"Computer programming is the process of constructing executable code from fragmentary information. ... When computer programming is done by a machine, the process is called automatic programming. AI researchers are interested in studying automatic programming for two reasons: First, it would be highly useful to have a powerful automatic programming systems that could receive casual and imprecise specifications for a desired target program and then correctly generate that program; second, automatic programming is widely believed to be a necessary component of any intelligent system and is therefore a topic for fundamental research in its own right."
– excerpt from Biermann, A. 1992. Automatic Programming. In Encyclopedia of Artificial Intelligence. 2nd edition, Stuart C. Shapiro, editor, 18 - 35. New York: John Wiley & Sons.
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AR&A techniques have been used to solve a variety of tasks, including automatic programming, constraint satisfaction, design, diagnosis, machine learning, search, planning, reasoning, game playing, scheduling, and theorem proving. The primary purpose of AR&A techniques in such settings is to overcome computational intractability. In addition, AR&A techniques are useful for accelerating learning and summarizing sets of solutions. The Fifth Symposium on Abstraction, Reformulation, and Approximation (SARA-2002) was held from 2 to 4 August 2002, directly after the Eighteenth National Conference on Artificial Intelligence (AAAI-2002). It was chaired by Sven Koenig from the Georgia Institute of Technology and Robert Holte from the University of Alberta (Canada) and held at Kananaskis Mountain Lodge, Kananaskis Village, Alberta (Canada) between Calgary and Banff in the Rocky Mountains.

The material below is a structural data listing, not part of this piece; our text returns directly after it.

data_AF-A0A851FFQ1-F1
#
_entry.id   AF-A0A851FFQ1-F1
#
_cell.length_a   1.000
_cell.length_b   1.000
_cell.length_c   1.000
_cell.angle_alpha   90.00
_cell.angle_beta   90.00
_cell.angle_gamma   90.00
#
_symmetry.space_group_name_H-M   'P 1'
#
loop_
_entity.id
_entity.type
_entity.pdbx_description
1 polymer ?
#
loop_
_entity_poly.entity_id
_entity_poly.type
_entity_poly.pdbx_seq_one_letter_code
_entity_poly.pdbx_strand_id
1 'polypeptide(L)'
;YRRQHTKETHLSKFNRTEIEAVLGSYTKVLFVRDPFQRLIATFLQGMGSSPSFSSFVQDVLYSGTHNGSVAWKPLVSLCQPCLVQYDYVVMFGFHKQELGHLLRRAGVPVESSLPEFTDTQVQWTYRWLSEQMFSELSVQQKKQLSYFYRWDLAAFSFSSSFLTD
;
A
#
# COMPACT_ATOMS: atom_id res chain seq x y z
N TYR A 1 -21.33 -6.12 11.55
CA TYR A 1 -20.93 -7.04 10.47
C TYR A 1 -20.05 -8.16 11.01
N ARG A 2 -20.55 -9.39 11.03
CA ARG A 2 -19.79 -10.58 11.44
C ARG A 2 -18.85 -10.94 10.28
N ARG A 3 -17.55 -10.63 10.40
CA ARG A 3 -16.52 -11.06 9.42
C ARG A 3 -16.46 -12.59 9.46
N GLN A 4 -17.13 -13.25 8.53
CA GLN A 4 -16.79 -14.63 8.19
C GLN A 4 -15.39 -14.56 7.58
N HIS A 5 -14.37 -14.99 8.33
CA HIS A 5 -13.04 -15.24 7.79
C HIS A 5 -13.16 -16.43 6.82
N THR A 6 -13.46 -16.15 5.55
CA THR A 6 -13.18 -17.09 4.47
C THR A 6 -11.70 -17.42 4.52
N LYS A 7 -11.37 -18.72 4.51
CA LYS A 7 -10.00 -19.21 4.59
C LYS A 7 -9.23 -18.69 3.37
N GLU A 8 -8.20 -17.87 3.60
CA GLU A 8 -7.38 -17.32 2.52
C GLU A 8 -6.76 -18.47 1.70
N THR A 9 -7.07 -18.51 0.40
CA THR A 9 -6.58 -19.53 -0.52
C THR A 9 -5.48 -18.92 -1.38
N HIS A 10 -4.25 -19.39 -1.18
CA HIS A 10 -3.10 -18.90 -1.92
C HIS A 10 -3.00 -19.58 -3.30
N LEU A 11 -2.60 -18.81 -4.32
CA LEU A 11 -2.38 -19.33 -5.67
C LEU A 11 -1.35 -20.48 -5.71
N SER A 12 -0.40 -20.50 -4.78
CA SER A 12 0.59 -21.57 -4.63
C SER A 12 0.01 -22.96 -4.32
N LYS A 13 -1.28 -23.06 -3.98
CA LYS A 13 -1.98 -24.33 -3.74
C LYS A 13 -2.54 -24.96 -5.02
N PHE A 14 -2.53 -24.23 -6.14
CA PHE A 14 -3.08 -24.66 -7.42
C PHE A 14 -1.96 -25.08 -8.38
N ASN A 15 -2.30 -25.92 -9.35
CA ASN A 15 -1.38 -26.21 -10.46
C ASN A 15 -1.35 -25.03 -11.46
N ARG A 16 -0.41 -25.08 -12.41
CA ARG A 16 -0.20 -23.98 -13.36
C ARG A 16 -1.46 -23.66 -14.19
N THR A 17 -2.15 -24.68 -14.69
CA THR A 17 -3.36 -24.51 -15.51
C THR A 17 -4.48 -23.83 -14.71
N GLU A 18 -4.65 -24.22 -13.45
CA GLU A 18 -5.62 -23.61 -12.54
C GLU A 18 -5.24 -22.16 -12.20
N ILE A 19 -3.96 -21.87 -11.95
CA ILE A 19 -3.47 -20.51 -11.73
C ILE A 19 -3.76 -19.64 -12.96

Most work in automatic programming has focused primarily on the roles of deduction and programming knowledge However, the role played by knowledge of the task domain seems to be at least as important, both for the usability of an automatic programming system and for the feasibility of building one which works on nontrivial problems This perspective has evolved during the course of a variety of studies over the last several years, including detailed examination of existing software for a particular domain (quantitative interpretation of oil well logs) and the implementation of an experimental automatic programming system for that domain The importance of domain knowledge has two important implications: a primary goal of automatic programming research should be to characterize the programming process for specific domains; and a crucial issue to be addressed in these characterizations is the interaction of domain and programming knowledge during program synthesis Used by permission of the International Joint Conferences on Artificial Intelligence; copies of the Proceedings are available from William Kaufmann, Inc, 95 First St., Los Altos, CA 94022 USA. For example, the work of Green (1969) and Waldinger and Lee (1969) in the late 1960s was concerned with the use of a theorem-prover to produce programs. This deductive paradigm continues to be the basis for much research in automatic programming (e.g., Manna & Waldinger 1980, Smith 1983). In the mid 1970's, work on the PSI project (Barstow 1979, Green 1977, Kant 1981) and on the Programmer's Apprentice (Rich 1981) was fundamentally concerned with the codification of knowledge about programming techniques and the use of that knowledge in program synthesis and analysis Work within the knowledge-based paradigm is also continuing (e.g., Barstow 1982, Waters 1981). This article is concerned with the role played by knowledge of the task domain, a role which seems to be at least as important.